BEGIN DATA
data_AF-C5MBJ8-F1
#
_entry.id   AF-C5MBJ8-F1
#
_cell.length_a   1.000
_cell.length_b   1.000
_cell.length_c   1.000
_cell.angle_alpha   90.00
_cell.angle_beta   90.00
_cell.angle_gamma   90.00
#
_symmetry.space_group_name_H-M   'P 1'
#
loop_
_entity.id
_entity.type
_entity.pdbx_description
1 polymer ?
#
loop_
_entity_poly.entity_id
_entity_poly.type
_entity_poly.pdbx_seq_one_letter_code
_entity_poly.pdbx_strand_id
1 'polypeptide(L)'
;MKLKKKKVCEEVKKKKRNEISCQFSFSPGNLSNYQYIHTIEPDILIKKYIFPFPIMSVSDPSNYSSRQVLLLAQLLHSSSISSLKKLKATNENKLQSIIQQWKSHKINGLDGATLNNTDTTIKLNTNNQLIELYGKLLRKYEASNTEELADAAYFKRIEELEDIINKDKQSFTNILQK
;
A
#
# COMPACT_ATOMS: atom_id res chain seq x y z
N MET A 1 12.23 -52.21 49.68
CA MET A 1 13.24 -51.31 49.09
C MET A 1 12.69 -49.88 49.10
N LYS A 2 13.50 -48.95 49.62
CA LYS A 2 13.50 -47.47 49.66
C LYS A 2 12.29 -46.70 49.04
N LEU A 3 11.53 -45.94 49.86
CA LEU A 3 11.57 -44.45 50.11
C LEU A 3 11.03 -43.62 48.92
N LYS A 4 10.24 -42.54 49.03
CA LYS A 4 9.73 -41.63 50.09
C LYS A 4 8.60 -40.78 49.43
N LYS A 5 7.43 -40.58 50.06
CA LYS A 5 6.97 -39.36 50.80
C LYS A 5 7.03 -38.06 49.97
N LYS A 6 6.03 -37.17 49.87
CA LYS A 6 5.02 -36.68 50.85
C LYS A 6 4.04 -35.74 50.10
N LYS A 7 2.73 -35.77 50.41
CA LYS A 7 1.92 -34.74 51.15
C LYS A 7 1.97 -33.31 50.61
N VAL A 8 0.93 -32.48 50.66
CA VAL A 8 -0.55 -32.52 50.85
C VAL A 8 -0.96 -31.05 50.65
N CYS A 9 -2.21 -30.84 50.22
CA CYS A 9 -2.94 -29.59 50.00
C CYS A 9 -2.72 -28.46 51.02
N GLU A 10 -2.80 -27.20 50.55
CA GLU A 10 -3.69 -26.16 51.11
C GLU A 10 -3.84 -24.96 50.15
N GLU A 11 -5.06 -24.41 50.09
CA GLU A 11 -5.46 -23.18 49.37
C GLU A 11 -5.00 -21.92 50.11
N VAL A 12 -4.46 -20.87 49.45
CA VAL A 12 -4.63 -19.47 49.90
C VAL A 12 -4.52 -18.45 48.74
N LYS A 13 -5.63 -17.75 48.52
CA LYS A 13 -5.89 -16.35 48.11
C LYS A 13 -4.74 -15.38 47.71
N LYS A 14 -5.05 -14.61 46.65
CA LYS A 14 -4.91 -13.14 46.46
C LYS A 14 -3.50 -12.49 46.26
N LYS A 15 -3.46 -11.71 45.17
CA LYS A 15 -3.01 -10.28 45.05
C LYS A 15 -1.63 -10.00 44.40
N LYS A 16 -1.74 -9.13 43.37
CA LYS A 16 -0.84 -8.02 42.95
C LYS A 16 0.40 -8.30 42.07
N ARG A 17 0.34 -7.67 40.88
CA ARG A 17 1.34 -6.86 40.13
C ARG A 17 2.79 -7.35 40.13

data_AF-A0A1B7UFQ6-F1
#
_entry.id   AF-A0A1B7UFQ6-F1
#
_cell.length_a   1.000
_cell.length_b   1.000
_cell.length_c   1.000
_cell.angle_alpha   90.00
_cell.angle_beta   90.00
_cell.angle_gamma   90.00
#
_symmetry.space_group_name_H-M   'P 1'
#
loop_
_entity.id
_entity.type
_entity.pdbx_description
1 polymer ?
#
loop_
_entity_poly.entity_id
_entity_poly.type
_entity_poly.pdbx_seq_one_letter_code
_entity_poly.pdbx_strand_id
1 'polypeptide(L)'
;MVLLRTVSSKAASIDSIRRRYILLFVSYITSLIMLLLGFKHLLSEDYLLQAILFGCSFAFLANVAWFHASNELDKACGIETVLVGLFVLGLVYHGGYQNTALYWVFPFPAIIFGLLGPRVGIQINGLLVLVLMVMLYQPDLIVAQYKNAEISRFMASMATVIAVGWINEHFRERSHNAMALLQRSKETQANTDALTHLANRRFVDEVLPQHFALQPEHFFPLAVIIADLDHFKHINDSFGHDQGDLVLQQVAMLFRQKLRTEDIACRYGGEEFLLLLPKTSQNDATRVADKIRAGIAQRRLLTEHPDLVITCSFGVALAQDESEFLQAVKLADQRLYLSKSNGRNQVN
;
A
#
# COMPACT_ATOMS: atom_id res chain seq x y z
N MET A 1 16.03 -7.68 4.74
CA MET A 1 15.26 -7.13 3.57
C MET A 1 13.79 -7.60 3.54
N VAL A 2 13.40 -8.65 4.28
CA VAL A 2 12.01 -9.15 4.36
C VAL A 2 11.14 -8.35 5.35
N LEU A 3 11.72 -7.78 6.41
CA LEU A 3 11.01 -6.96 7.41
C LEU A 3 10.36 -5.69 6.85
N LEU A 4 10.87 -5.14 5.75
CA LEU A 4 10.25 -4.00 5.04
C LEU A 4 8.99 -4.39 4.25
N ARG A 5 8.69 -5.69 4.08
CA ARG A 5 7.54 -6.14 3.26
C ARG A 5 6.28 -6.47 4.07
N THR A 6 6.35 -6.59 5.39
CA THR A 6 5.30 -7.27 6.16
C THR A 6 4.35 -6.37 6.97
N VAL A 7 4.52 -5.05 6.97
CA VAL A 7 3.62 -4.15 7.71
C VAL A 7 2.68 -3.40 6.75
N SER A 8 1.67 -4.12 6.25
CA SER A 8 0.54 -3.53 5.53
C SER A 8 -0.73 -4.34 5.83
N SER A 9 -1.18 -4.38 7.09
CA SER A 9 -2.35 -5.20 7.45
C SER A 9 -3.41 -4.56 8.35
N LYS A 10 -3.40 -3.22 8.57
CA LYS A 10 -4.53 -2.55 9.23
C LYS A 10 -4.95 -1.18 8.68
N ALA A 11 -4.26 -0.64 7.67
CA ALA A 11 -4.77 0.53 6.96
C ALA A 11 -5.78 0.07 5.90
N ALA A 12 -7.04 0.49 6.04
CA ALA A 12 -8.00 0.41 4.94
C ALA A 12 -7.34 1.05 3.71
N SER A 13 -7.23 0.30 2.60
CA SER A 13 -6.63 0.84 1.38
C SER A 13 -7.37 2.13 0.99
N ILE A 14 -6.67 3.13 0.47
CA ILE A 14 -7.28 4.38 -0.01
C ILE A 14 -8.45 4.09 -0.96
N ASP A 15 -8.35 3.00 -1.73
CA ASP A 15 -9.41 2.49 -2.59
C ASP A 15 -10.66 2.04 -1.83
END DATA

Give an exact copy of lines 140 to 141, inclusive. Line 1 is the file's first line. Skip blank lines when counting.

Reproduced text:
CA LYS A 10 -4.53 -2.55 9.23
C LYS A 10 -4.95 -1.18 8.68